Returning to the United States, he started a home-building company. Shortly thereafter, a recession caused him to enter the Alaska fishing industry. He worked in many areas of Alaska managing the design, materials management, construction labor, and building needs of the remote Alaska salmon-freezing and canning industry. After 20 years in Alaska, his last and favorite place and plant sold out to the Kodiak, Alaska, town plant, and the remote plant was closed. Doug decided to retire young, move back to Montana, and travel again.
However, before that could happen a former Montana member of the Northwest Power and Conservation Council and a former Montana Governor egged him on and convinced him to get involved in his local electric co-operative, which was in distress. He did, and this led to his extensive involvement in the Northwest power industry.
Over the next 20 years, Doug spent a good deal of time at both his utility and in Portland on regional power issues, culminating in serving on many committees and regional boards and attending many trade meetings from a broad interest in the Northwest and West Coast power industry.
Mike Milburn, Montana
email | 406-603-4016
Mike Milburn was appointed to the Council by Governor Greg Gianforte in May 2021. Milburn is a Montana native who was raised on a family cattle ranch in central Montana. He graduated from Montana State University with a geology degree. He married his childhood sweetheart and has three children and seven grandchildren. He is a retired Air Force pilot, having served on active duty and in the Montana National Guard. He served four terms in the Montana House of Representatives, his last term as Speaker of the House. Most recently he was the Director of the Montana Department of Justice and then served on Governor Gianforte’s executive team until his appointment to the Council.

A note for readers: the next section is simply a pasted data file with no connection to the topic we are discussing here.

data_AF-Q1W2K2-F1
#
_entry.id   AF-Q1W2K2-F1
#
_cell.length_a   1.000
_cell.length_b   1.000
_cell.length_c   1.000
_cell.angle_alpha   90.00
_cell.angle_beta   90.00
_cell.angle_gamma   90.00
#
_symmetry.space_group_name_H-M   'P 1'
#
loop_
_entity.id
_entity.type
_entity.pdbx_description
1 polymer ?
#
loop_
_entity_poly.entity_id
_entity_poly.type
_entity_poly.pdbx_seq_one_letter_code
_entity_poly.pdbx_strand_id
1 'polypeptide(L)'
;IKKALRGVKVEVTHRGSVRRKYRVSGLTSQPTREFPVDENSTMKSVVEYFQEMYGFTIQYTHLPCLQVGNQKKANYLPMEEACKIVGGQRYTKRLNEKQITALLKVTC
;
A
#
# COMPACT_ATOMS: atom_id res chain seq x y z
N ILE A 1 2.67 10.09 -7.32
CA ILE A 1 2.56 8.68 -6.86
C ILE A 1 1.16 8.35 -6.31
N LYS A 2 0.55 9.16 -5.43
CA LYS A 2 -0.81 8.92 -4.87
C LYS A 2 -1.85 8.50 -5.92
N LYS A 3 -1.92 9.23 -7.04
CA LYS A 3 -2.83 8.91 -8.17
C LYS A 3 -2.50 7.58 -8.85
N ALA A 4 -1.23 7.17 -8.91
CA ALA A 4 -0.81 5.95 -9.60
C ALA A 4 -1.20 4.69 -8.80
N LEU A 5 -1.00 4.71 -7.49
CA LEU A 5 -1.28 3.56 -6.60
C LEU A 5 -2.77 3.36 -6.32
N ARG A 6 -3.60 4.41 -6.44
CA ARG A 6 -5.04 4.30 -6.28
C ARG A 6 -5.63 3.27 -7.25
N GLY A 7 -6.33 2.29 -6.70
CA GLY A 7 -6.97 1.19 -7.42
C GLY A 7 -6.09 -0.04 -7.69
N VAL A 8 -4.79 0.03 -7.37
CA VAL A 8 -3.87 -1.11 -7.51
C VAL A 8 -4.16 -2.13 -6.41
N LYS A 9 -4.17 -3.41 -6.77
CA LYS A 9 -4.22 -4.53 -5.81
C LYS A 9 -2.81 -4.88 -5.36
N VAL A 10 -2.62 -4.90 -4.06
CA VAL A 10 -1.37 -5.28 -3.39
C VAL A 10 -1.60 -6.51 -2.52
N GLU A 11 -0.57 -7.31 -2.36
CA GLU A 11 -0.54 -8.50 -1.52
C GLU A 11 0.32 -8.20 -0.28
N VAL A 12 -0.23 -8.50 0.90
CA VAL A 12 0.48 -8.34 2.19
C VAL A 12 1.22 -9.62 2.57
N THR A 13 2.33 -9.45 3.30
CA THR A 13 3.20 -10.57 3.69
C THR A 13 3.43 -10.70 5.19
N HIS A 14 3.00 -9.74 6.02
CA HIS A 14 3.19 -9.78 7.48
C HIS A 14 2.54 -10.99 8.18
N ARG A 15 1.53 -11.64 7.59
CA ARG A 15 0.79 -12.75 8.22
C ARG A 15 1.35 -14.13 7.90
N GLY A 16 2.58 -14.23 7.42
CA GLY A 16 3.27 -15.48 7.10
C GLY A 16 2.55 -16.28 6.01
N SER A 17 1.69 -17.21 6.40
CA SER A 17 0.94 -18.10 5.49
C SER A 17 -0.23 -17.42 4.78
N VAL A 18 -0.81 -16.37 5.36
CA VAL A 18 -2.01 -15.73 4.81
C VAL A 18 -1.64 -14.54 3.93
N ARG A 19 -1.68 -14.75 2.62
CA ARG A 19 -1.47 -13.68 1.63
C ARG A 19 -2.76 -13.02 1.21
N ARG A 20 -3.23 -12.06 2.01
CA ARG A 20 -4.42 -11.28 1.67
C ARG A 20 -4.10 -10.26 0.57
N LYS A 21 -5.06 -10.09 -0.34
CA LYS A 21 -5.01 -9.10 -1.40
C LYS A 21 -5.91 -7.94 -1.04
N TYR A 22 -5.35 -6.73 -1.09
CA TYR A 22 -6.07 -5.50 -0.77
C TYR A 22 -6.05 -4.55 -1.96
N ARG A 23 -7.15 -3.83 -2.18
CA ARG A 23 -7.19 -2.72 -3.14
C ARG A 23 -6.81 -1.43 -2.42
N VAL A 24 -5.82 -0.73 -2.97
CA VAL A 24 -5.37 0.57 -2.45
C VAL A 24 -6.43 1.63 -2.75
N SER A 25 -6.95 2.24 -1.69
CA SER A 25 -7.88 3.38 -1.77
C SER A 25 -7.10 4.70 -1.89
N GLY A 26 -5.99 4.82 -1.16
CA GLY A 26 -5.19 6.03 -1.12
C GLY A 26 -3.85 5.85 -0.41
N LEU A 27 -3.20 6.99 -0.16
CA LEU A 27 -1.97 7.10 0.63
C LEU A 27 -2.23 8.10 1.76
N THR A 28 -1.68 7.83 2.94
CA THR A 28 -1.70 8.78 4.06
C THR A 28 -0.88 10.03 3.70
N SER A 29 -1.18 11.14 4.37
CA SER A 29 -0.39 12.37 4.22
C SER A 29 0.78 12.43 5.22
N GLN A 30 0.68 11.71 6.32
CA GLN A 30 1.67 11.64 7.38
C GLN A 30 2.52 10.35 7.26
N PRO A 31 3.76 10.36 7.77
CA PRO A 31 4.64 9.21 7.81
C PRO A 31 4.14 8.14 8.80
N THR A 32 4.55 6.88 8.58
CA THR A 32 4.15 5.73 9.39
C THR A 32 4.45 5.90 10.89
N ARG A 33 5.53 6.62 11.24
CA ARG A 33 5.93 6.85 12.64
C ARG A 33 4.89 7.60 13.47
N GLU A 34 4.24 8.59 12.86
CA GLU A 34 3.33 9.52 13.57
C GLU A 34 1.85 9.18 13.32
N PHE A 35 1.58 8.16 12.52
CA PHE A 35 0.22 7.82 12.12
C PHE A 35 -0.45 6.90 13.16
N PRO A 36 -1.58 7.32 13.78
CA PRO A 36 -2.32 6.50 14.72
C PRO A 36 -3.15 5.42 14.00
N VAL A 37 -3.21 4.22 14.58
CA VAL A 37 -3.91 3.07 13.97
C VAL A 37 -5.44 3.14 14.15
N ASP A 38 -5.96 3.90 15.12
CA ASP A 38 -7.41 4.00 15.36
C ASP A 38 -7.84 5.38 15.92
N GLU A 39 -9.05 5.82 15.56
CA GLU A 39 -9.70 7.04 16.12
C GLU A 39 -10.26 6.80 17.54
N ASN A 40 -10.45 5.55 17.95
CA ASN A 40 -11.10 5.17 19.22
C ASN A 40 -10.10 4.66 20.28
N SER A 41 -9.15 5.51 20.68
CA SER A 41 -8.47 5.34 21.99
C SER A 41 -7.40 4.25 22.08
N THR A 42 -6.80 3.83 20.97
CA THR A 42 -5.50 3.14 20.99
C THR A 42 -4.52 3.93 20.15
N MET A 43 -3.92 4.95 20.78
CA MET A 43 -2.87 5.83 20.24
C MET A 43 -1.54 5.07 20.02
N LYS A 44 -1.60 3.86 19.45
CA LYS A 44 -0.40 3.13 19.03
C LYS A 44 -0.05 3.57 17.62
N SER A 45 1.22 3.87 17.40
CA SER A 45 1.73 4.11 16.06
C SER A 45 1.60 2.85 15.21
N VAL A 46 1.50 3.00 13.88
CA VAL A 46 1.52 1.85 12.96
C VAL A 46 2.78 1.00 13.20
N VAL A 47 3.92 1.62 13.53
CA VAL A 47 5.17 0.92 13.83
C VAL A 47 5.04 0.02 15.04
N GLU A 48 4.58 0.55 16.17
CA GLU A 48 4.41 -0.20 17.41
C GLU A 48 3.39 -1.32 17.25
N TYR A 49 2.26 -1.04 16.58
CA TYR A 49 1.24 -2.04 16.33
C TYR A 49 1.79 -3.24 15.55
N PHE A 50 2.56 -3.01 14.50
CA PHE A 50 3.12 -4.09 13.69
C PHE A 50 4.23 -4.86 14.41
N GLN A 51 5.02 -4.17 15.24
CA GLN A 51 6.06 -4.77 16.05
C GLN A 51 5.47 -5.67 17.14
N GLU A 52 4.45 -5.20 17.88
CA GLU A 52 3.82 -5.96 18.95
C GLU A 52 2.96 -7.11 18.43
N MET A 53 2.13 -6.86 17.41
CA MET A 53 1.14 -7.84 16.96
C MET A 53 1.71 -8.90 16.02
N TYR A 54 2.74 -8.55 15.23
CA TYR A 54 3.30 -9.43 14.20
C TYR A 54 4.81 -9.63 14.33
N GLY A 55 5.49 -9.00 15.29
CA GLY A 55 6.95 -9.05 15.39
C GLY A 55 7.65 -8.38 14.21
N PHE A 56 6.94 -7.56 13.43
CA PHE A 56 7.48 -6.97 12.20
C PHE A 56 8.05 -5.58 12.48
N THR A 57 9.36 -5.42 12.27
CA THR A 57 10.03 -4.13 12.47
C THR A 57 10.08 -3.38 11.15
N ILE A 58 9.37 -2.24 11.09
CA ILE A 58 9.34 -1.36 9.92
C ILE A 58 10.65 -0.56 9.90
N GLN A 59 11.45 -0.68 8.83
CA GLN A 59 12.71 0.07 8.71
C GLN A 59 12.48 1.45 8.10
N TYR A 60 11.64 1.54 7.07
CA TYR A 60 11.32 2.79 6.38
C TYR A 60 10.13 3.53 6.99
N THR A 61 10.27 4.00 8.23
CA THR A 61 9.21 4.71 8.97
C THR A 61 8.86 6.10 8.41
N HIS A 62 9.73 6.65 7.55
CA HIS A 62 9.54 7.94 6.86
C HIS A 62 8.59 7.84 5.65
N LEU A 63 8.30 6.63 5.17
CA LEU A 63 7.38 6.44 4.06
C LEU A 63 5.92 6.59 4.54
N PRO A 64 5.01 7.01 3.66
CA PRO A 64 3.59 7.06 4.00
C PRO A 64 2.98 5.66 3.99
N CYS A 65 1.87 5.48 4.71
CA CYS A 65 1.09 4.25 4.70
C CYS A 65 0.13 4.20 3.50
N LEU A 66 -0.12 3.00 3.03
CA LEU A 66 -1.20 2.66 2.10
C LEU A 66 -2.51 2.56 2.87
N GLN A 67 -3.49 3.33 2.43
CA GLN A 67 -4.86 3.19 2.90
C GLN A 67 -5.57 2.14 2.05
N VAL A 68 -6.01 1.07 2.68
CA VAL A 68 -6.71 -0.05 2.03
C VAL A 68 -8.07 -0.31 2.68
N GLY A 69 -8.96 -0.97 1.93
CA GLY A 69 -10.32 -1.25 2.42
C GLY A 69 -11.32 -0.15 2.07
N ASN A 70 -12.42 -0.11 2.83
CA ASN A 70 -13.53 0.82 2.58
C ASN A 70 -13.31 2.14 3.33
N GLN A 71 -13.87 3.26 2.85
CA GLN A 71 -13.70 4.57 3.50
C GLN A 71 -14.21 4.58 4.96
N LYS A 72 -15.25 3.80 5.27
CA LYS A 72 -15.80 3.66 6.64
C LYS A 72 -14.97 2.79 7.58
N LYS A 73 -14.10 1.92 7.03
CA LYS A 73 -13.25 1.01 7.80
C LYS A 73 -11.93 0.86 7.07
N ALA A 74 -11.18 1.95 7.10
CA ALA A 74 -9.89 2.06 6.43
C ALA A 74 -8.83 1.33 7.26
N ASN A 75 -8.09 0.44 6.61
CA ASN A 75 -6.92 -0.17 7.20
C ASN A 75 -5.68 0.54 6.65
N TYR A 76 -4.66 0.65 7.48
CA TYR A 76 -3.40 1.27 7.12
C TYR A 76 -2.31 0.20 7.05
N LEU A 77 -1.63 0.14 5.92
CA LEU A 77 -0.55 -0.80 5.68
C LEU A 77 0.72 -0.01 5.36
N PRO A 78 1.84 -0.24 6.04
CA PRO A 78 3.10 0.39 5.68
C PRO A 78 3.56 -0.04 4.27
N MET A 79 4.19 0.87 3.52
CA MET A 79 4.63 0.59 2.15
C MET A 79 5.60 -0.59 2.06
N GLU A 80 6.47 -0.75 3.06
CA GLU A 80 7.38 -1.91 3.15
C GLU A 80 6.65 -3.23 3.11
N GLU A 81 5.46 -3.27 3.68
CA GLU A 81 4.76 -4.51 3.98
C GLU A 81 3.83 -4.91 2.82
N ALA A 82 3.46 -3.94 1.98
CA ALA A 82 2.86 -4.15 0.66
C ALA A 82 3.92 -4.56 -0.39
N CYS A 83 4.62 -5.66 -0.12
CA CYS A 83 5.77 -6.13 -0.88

Louis Pitt, Oregon
email | 503-229-5171
Louie Pitt, Jr., is an enrolled member of the Warm Springs tribe. He was born at the Warm Springs Indian Hospital in Warm Springs, Oregon and currently resides on the Warm Springs Reservation with his wife Jolene. He has four children.
In his career, Mr. Pitt has served on many tribal government committees, including the timber, recreation, land use planning and natural resources fisheries committees. He was appointed by his Tribal Council and Gov. Goldschmidt to the Lower Deschutes Management Committee, and both the John Day and the Metolius River Wild and Scenic River committees. He served the US Forest Service as a tribal educator on off-reservation Treaty rights and was appointed by both Governor Barbara Roberts and Ted Kulongoski to the Columbia River Gorge Commission. He worked with the Oregon Bureau of Labor and Industries Civil Rights Advisory Committee and served as an advisor on Governor John Kitzhaber’s transition team, including working with the Commission on Indian Services.
Mr. Pitt served the Confederated Tribes of Warm Springs as the Director of Government Affairs for 24 years. He was appointed to the Council in November 2021.
Jim Yost, Idaho
email | 208-947-4080
Jim Yost was born in Rupert, Idaho and raised in the Magic Valley of Southern Idaho where he learned and applied knowledge of water, agriculture and natural resources. He graduated from the College of Southern Idaho in 1968 with an Associate of Arts Degree and then Boise State in 1971 with a Bachelor of Arts degree in education.
He was elected in 1972 to the Idaho State Senate at age 24, the youngest Idaho Senator/Legislator ever elected and served two terms. He owned and operated a dairy distributorship for a number of years in Wendell, Idaho and worked for the Union Pacific Railroad for 10 years. In 1988 he was named Assistant Public Affairs Director for the Idaho Farm Bureau and in 1991 was promoted to Public Affairs Director. In 1995 he worked for a time for the Northwest Power and Planning Council.
Governor Batt appointed Jim as his Natural Resources Senior Policy Advisor. He was retained by Governor Kempthorne from 1999-2006. He was retained by Governor Risch for his term. In 2007 Governor Otter retained Jim until the appointment to the Council in October. Governor Little retained Jim on the Council. His term expires January 2021.